18 August 2011

Dare to Think BIG

During Jeffrey Cufaude's ASAE11 Ignite presentation on living a sustainable life, he quoted Mary Catherine Bateson: "we're living longer but thinking shorter." And I got thinking about the concept of thinking small.

Associations are under tremendous pressure right now. The economy is not getting any better. Social media, to quote Jamie Notter and paraphrase Clay Shirky, is kicking our asses. Generational shifts are battering our traditional membership and leadership models. Peak oil and global climate change are beginning to affect our society in countless ways, one of which may very likely be to cripple our traditional educational and networking models. What volunteers are looking for, and the hoops they're willing to jump through in order to get it, has changed in ways that render traditional board and committee service models obsolete. Information is no longer scarce, and even the most backwards and self-delusional associations can't pretend to hold a monopoly on it any more.

Everything in our environment is whispering: "Protect your ass. Guard your turf. Trust no one. Rock no boats. Prepare for the worst."

In other words: "Think small."

Sure - think small, and watch your organization die.

Now, as Jamie has pointed out, your association - my association - has no inherent right to exist. And if the best thing for your profession/industry/community/audiences is for your organization to die, then get on with it and decrease the surplus population.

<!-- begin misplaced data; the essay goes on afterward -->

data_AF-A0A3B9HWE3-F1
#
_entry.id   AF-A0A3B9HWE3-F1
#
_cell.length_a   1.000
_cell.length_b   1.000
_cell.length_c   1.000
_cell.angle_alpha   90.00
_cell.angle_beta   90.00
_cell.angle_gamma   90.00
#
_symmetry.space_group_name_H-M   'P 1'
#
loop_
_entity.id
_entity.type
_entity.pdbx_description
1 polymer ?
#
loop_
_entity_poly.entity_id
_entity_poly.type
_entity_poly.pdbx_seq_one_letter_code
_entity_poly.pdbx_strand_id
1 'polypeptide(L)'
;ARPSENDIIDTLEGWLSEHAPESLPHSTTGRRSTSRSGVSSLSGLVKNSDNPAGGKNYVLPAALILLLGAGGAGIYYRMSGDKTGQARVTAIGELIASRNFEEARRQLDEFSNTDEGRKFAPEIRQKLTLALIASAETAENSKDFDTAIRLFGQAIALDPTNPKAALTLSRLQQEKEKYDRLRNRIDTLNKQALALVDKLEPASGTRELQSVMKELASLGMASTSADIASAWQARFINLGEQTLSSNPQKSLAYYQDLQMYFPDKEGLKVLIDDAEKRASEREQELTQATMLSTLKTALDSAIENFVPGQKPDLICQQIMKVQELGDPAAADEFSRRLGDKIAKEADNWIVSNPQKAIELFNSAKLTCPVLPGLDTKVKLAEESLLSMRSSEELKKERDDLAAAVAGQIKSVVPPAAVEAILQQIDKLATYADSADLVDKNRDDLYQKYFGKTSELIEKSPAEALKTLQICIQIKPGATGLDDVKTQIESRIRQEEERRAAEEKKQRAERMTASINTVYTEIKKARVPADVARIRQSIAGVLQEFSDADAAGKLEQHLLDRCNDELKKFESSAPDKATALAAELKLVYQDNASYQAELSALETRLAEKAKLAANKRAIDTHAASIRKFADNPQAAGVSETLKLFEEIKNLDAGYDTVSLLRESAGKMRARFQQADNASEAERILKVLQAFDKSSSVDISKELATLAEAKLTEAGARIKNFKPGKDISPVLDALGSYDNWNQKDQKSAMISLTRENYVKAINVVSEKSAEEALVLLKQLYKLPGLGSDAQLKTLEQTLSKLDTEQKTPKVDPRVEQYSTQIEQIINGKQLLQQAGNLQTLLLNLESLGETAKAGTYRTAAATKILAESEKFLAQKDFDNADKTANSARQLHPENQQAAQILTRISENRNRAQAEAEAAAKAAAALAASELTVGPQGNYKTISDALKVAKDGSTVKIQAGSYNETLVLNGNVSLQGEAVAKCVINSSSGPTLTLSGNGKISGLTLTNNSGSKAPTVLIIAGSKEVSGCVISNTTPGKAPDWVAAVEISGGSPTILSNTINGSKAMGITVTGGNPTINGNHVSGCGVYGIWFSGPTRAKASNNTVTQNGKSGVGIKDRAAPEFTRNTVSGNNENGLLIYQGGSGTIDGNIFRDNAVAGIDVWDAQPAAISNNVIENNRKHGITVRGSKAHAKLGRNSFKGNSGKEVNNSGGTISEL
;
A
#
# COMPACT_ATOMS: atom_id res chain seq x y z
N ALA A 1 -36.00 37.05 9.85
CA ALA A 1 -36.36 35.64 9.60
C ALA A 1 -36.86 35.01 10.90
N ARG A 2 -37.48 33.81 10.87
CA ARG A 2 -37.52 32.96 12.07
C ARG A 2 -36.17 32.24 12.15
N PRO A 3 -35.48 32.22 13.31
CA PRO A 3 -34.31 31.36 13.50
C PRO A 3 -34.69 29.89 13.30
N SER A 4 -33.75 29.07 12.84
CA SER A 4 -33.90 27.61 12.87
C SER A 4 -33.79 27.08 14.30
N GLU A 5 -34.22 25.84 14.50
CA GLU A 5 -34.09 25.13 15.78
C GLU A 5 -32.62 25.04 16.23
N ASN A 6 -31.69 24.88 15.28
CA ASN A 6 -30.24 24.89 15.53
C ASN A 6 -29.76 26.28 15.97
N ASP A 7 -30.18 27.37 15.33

But if you do believe that your organization brings something useful and good to some group of people, now is exactly the time to think big, take chances, rock the boat, make change, and see where it can take you.

It's easy to be afraid now - a lot of shit is going down. But if we can get past the fear and be courageous and willing to take risks, we have HUGE opportunities to do better by our members, our professions/industries, our audiences, and maybe even the world. As my good friend Catherine says: "What are they going to do - take away your birthday?"

At the end of his Ignite session, Joe Gerstandt asked us: "Do you approach life from fear or from love?"

It's time to choose.

2 comments:

Jeffrey Cufaude said...

Maybe we just need to charge more for those who think small (it's expensive to protect turf--all that weeding and fertilizing) and be more welcoming to those who want to play big.

Elizabeth Weaver Engel, CAE said...

Jeffrey, I like the rules of YOUR game - I'm in!